And it’s pretty straightforward from there. On my desktop I have a folder where I keep all my inspiration images, which contains its own nested folders. I also have separate folders on my desktop for graphic design-related inspiration and general creative ideas (both containing, of course, their own nested folders).

 

savannahunterreeves_desktop_screenshot

My current desktop (yes, I have Kanye’s Fade video on my desktop). You’ll see said folders in the bottom right corner (click to enlarge) 

 

savannahunterreeves_file_organization

Inside my main inspiration folder (click to enlarge)

 

In the screenshot above, under “Folders” the first one says “Style”, which is where I keep my personal style inspiration. Under that it says “Savanna’s Things”, which is a folder I’ve been putting off organizing (ditto “ORGANIZE!”…). There are more nested folders inside “Misc.” and “Architecture/Interior Design”.

 

As you can see, I have quite a lot of photos, with this folder alone containing a couple thousand. For years I would just throw my saved images into their respective folders, but after a while I couldn’t find anything when I wanted it and it was a big ol’ mess.

 

Now I take a minute to add tags to every single image I save, and you can see some of those tags in the bottom left of the screenshot above. To do this on a Mac, just right-click any image, and click “Get Info”; add tags about the image to the box at the top and voilà! You can search for any of those keywords and the correct images will pop up.

 

screen-shot-2016-09-26-at-12-31-33-pm

Inside my graphic design inspiration folder (click to enlarge)

 

03. Shitty first draft

 

For client projects I’ll put together a moodboard with a handful of collected images, but for other project types it’s not so structured. I might create a folder for the project and stick the images in there, or I might just take note of inspirational elements and use my own idea as a jumping-off point.

 

Now, every creative has her own point in the process where she has to talk herself down from a ledge, and mine is the first draft. Starting is my Moby Dick, every single time. Even when I’ve done my research and gathered inspiration, that blank page may as well be an endless black abyss with how menacing it is.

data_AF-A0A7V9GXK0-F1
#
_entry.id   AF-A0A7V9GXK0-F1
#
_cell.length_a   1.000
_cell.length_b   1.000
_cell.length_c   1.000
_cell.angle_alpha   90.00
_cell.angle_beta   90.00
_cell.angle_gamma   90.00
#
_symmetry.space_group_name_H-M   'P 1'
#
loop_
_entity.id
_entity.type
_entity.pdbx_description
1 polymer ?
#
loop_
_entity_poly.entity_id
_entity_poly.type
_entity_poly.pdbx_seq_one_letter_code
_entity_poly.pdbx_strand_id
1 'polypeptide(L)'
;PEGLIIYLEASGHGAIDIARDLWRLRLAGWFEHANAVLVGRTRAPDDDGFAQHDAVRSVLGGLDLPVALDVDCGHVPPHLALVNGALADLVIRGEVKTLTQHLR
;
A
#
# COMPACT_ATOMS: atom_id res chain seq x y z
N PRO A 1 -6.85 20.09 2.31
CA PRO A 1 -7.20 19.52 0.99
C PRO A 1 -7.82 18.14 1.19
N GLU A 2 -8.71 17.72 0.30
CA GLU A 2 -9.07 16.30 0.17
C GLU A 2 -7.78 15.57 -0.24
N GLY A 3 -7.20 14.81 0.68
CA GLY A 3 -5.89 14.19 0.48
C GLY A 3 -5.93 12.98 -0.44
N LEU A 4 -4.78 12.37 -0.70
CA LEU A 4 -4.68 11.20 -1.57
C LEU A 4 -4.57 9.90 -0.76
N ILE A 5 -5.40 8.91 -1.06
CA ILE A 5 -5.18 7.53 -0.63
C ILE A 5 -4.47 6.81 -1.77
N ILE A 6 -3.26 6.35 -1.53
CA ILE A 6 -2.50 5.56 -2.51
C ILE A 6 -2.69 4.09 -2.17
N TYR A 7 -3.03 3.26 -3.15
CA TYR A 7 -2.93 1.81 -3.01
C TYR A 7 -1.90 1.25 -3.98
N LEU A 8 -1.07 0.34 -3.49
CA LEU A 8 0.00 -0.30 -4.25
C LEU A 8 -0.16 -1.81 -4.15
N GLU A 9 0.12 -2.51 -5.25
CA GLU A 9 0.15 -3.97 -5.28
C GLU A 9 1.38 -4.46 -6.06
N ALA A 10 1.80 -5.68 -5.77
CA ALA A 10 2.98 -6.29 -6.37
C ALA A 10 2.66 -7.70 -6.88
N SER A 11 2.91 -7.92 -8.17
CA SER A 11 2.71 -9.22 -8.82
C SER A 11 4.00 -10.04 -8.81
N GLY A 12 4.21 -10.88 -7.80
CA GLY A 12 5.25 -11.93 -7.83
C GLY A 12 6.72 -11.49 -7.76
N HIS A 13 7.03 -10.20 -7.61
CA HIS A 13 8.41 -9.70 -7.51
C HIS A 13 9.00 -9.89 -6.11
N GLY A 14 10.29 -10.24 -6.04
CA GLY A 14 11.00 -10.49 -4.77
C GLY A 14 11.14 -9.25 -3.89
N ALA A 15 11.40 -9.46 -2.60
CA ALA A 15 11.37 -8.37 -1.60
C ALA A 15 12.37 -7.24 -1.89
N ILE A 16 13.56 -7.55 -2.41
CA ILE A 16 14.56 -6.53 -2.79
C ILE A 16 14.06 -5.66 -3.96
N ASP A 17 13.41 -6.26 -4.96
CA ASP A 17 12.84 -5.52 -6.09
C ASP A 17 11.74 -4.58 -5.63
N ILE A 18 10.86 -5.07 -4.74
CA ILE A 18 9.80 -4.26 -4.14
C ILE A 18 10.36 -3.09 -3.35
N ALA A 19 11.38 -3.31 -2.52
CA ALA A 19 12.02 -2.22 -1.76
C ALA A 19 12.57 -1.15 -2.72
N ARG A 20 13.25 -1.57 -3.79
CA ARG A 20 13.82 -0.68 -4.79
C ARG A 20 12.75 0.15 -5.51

For me, this is where the self-doubt kicks in.

 

What the hell am I doing? I have no idea what I’m doing. 

 

This sucks, what was I thinking? 

 

Why can’t I design like THAT person does? She makes it look so easy. 

 

I am literally the worst designer on the face of the earth.

 

?&*$@?!&*$@?!

 

You’d think considering this exact dance happens every time I sit down to create, I’d know by now to ignore it. But I’ve learned that the human brain doesn’t work that way, and you have to push past that resistance every single day.

 

The best way I’ve found to do this – and prevent total creative paralysis – is to just make a line. Make that first stroke, and there’s no turning back. If I actually make it my goal to create the worst possible first draft, I find I can create without procrastination getting the better of me. It’s sometimes even fun!

 

When it comes to self-comparison, I’m Guilty with a capital G. I don’t think anyone can make things without looking over at someone else’s paper and comparing the two. But I’m also incredibly inspired by the work of other designers and creatives, and when I find myself falling down a rabbit hole of comparison, I try to remind myself of that fact.

 

I like to thank that person – either in my own head or by reaching out – for making such inspirational stuff, because it’s something for me to keep working towards and it serves as motivation. If we were the best in the world at what we do, it wouldn’t be much fun after a while, would it?

 

If things are really bad, I’ll re-read certain passages from Steven Pressfield’s The War of Art. This book should be required reading for all perfectionists and creative people, FOR REAL. Get a copy right now if you haven’t read it.

 

Depending on my mood and the project, for graphic design work I’ll either start with a sketch or dive straight into my design program of choice (Illustrator for all the things). Lately though, I’ve been LOVING starting with a sketch, and it’s now my favorite way to begin a project.

 

There’s some science-y stuff out there about how working with your hands engages a different part of your brain, and gets your creative juices flowing. When you start out digitally you subconsciously want to edit as you go along, which not only sets up crazy expectations for your work, but disrupts the necessary mess of the creative process.

 

sketches

Some weird sketches – credit to Jessica Hische for the “ght” typography practice (click to enlarge)

 

When you sit down with a sketchbook and a pencil, you get to play. A lot of your sketches will be terrible, and that’s the point! I love drawing whatever comes to mind, and giving my eyes a break from the glare of a computer screen. When I draw I find myself in a more childlike state of mind, and what’s better for creativity than that?